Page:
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HotMintea

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"Most physicists do not recognize temperature, Θ, as a fundamental dimension of physical quantity since it essentially expresses the energy per particle per degree of freedom, which can be expressed in terms of energy (or mass, length, and time). Still others do not recognize electric charge, Q, as a separate fundamental dimension of physical quantity, since it has been expressed in terms of mass, length, and time in unit systems such as the cgs system." (http://en.wikipedia.org/wiki/Dimensional_analysis#Definition)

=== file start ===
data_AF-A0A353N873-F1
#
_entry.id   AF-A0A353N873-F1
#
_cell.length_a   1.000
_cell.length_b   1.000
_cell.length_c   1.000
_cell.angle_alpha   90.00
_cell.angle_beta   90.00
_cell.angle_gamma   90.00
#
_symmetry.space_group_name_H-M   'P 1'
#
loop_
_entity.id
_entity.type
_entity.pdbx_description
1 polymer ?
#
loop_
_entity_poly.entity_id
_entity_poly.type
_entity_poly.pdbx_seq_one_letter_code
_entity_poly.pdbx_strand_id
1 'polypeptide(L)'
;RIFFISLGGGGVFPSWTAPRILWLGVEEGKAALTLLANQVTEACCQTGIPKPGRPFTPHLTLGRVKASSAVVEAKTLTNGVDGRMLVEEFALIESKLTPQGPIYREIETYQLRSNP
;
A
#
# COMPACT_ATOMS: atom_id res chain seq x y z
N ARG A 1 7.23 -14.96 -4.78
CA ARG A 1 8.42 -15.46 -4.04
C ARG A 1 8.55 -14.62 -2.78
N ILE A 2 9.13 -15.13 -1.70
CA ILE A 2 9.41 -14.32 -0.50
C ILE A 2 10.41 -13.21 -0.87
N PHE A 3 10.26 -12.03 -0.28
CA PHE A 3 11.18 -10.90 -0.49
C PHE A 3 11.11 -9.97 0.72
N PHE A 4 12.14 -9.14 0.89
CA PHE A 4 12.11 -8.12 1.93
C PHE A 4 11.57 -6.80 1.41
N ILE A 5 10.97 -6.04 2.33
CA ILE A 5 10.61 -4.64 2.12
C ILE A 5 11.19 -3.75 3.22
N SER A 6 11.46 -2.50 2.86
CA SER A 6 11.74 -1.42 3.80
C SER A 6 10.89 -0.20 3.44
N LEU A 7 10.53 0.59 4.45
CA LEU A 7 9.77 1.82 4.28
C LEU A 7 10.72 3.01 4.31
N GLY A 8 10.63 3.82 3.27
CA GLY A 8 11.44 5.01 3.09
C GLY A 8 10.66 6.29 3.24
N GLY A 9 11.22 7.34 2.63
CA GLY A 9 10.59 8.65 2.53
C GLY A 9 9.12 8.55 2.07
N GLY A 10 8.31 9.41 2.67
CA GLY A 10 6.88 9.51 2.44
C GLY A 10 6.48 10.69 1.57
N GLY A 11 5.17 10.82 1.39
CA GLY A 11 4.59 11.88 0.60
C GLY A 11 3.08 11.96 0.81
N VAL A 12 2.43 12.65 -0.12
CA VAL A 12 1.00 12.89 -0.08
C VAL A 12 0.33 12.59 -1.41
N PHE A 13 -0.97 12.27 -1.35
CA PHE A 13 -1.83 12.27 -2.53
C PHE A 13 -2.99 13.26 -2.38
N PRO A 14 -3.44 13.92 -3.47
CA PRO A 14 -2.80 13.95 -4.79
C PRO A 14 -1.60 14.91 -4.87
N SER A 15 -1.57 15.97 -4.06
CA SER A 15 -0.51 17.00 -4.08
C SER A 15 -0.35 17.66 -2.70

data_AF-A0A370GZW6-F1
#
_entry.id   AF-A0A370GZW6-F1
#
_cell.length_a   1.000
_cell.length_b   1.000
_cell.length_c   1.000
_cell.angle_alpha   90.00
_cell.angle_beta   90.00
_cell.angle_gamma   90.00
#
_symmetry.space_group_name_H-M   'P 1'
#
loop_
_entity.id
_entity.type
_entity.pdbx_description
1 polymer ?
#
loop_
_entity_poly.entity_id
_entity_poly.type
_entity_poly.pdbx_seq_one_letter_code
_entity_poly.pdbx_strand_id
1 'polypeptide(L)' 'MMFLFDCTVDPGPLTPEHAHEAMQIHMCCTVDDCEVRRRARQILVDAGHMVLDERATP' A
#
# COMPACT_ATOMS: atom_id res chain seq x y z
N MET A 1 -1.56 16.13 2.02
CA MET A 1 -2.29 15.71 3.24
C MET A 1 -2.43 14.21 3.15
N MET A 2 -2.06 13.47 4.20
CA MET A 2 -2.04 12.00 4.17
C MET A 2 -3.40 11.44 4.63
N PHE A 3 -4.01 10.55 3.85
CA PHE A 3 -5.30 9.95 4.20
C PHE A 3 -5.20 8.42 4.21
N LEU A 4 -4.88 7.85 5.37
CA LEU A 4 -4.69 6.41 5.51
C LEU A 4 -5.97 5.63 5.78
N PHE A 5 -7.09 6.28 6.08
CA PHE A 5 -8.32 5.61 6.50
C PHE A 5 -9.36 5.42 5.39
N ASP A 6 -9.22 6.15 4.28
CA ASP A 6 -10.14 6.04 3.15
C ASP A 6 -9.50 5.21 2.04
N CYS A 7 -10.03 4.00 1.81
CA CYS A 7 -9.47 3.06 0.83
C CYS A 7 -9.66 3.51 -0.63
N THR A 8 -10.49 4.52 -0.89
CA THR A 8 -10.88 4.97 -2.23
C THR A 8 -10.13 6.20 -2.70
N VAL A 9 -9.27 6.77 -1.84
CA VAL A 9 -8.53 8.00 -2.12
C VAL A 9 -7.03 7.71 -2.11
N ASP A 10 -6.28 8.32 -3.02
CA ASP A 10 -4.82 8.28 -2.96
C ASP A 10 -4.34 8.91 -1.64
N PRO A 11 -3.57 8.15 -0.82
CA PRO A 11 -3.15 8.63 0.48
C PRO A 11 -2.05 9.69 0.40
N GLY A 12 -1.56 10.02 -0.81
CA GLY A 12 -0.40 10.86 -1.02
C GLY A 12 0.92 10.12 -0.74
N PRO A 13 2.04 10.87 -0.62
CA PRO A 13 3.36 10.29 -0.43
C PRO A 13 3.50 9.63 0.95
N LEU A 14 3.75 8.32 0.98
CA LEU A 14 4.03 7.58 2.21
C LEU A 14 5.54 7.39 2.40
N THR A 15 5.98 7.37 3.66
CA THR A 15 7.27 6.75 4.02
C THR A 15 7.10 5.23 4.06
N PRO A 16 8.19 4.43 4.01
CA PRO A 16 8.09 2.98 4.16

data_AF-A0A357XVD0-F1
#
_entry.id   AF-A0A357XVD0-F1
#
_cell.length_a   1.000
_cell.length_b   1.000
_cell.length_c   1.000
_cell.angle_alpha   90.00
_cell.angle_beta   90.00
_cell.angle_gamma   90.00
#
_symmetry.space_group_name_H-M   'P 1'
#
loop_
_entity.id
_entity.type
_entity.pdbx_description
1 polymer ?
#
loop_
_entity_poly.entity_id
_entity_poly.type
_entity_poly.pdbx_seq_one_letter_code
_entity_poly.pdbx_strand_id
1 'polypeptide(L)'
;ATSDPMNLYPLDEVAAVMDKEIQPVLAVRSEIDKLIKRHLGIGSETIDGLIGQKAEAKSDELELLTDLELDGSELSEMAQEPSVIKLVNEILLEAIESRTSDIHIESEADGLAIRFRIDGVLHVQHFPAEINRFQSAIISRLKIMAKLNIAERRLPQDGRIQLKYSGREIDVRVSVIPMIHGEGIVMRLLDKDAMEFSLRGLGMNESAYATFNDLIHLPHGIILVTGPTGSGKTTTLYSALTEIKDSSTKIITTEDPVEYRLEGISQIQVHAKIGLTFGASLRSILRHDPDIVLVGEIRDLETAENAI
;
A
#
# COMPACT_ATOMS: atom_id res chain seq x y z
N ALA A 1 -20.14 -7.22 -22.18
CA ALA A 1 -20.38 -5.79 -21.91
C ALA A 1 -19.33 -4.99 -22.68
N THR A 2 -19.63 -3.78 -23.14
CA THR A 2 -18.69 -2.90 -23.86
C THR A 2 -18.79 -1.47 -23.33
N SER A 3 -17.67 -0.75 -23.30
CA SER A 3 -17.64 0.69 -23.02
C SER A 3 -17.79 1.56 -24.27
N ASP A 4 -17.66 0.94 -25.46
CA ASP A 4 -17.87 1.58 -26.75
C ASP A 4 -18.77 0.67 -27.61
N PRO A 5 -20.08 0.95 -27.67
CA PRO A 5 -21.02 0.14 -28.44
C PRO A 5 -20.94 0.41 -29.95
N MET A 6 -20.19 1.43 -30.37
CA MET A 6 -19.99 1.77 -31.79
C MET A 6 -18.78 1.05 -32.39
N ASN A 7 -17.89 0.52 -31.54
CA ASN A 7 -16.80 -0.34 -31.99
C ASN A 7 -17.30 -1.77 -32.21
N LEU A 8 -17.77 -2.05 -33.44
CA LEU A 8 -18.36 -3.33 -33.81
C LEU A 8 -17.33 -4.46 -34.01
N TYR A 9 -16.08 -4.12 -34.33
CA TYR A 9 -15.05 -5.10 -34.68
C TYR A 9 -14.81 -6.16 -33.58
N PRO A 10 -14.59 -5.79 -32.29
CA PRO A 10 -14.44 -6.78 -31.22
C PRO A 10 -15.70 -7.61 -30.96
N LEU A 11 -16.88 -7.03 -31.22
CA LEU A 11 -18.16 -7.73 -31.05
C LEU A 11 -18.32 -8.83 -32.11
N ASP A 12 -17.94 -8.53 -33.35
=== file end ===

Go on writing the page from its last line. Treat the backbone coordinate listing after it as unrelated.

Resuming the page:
Since the number of particles and the degree of freedom are dimensionless, it seems to imply that temperature has the same dimension as energy, namely, [itex] M\ L^2\ T^{-2} [/itex]. However, I could not find any source for how temperature and charge can be expressed in terms of M, L and T. What are the correct expressions and how are they derived?

Since the number of particles and the degree of freedom are dimensionless, it seems to imply that temperature has the same dimension as energy, namely, [itex] M\ L^2\ T^{-2} [/itex]. However, I could not find any source for how temperature and charge can be expressed in terms of M, L and T. What are the correct expressions and how are they derived?

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